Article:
NEW YORK - Mel Karmazin resigned suddenly as president and chief operating officer of Viacom Inc., owner of CBS, MTV and Nickelodeon, as the media giant seeks to find a successor for its 81-year-old chairman and CEO, Sumner Redstone.
Two senior executives were named to replace Karmazin, MTV boss Tom Freston and CBS leader Leslie Moonves, the company announced Tuesday. They will run the company on a day-to-day basis and report to Redstone.
The company described the moves as part of a corporate succession plan under which Redstone will relinquish his role as CEO within three years. He will work with the company's board to identify a new CEO and other senior executives before then.
In a conference call with Wall Street analysts, Redstone said Karmazin left because of "frustration" with the company's sagging stock price and issues related to the company's radio division, which has been struggling.
Redstone suggested that Viacom's new management team would consider getting rid of the radio business, saying the company would have a "hard look" at the radio operation as well as other assets. "There is no sacred cow," Redstone said. "But for the time being we're committed to radio."
Karmazin worked in radio for much of his career, and is known to be close to several of Viacom's leading radio personalities including Howard Stern and Don Imus. Imus broke the news of Karmazin's departure early Tuesday morning on a show broadcast by MSNBC.
On the call, Redstone dimissed peristent concerns that he had a rocky relationship with Karmazin. However, he also acknowledged that Karmazin did not discuss his decision to resign with Redstone directly. Instead, Redstone said he learned of Karmazin's decision to resign through another executive, whom he did not name.
Redstone stressed that no one at Viacom had asked Karmazin to resign. He also said Karmazin had been in the running as a candidate to succeed him as CEO.
In a separate conference call with reporters, Redstone parried several other questions about the reasons for Karmazin's departure. "He just decided he was better off going in another way ..." Redstone said. "Mel was frustrated about something - I hope it wasn't about me."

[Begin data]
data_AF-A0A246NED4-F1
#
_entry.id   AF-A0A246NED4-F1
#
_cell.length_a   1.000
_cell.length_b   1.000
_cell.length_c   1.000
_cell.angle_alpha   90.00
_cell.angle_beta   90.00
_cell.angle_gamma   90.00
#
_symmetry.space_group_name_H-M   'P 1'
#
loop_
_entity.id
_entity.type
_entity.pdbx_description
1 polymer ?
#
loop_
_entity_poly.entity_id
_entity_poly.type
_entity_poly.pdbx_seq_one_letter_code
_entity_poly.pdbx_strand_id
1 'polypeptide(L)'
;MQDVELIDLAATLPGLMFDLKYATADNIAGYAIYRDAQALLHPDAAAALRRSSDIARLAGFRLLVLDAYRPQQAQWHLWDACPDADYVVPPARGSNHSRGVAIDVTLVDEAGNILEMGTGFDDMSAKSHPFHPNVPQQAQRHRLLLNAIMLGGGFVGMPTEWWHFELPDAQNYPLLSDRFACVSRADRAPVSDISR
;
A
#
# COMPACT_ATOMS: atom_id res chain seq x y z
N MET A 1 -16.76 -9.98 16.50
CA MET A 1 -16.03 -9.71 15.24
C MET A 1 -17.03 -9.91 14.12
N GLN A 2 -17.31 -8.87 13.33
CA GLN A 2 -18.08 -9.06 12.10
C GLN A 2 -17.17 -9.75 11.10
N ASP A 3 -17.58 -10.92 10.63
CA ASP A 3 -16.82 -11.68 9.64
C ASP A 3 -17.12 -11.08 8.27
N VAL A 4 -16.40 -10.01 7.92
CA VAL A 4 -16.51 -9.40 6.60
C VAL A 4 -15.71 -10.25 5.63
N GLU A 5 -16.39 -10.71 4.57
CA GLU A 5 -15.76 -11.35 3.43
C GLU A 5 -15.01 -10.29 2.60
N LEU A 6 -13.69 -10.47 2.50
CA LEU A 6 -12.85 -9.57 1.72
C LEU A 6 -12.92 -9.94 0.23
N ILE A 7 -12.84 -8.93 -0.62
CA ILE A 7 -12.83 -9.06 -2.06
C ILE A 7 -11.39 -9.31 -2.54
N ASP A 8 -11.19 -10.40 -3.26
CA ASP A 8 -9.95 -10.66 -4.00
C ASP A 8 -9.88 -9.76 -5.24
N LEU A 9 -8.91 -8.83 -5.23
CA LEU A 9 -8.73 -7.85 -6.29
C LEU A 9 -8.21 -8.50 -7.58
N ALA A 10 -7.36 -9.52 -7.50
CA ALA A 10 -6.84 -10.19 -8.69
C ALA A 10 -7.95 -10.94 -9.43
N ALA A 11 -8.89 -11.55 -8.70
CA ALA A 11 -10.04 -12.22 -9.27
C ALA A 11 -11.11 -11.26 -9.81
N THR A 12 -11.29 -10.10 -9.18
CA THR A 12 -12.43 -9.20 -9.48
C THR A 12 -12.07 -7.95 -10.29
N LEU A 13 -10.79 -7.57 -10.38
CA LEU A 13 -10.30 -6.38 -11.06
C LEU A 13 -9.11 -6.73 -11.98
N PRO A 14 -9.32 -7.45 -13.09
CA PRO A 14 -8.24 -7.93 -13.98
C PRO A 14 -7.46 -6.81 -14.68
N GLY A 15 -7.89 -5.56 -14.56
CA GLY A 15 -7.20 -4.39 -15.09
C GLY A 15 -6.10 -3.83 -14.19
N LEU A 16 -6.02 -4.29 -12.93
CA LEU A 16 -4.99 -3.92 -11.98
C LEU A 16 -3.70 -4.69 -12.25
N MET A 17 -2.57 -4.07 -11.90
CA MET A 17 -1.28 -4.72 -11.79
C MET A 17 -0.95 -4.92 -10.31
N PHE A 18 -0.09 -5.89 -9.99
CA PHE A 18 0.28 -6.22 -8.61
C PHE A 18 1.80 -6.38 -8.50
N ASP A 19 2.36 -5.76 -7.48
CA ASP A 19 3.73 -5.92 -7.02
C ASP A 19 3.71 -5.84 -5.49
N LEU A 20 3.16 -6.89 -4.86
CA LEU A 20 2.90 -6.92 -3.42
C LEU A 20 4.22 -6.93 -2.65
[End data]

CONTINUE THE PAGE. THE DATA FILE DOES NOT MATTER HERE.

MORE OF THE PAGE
At Viacom's annual meeting two weeks ago, Redstone said he and Karmazin had never had a major disagreement. He also said the company would be making an announcement soon about its succession plans.
Redstone said he regretted Karmazin's departure and wished him well. He also said Karmazin would stay on as a consultant for two months to help with the transition.
Investors have been pressing Viacom to clarify its plans for succession, especially given Redstone's age. Even though Redstone has voting control of Viacom through a special supervoting class of stock, he made clear in his announcement that he was working with the company's board on the succession issue.
Redstone said on the conference call that it was "extremely likely" that he would be succeeded by either Freston or Moonves as CEO.
Karmazin was highly regarded in the industry and on Wall Street for his leadership of Viacom. Karmazin worked his way up through the ranks in the radio business, and became the head of CBS Corp. before it merged with Viacom in 2000.
Karmazin did not elaborate on his reasons for leaving. In a statement, he said that "After more than 20 years with the company, for personal and professional reasons, I have decided to leave Viacom and pursue other challenges."
Freston has been chairman and CEO of the MTV Networks unit since 1987. Moonves has been chairman and chief executive of CBS since 2003 and joined CBS in 1995 as president of its entertainment operation.
In their new roles, Freston and Moonves will jointly oversee all of the operations of Viacom.
Investors took the news of the management shakeup in stride. In late morning trading, Viacom's widely held "B" class shares were up 8 cents at $36.97 in heavy trading on the New York Stock Exchange.
However, the sudden loss of Karmazin is likely to disappoint many on Wall Street. In a note to investors, Merrill Lynch analyst Jessica Reif Cohen called Karmazin's departure "a very significant negative" factor for the company since Karmazin was "an extremely talented operating executive."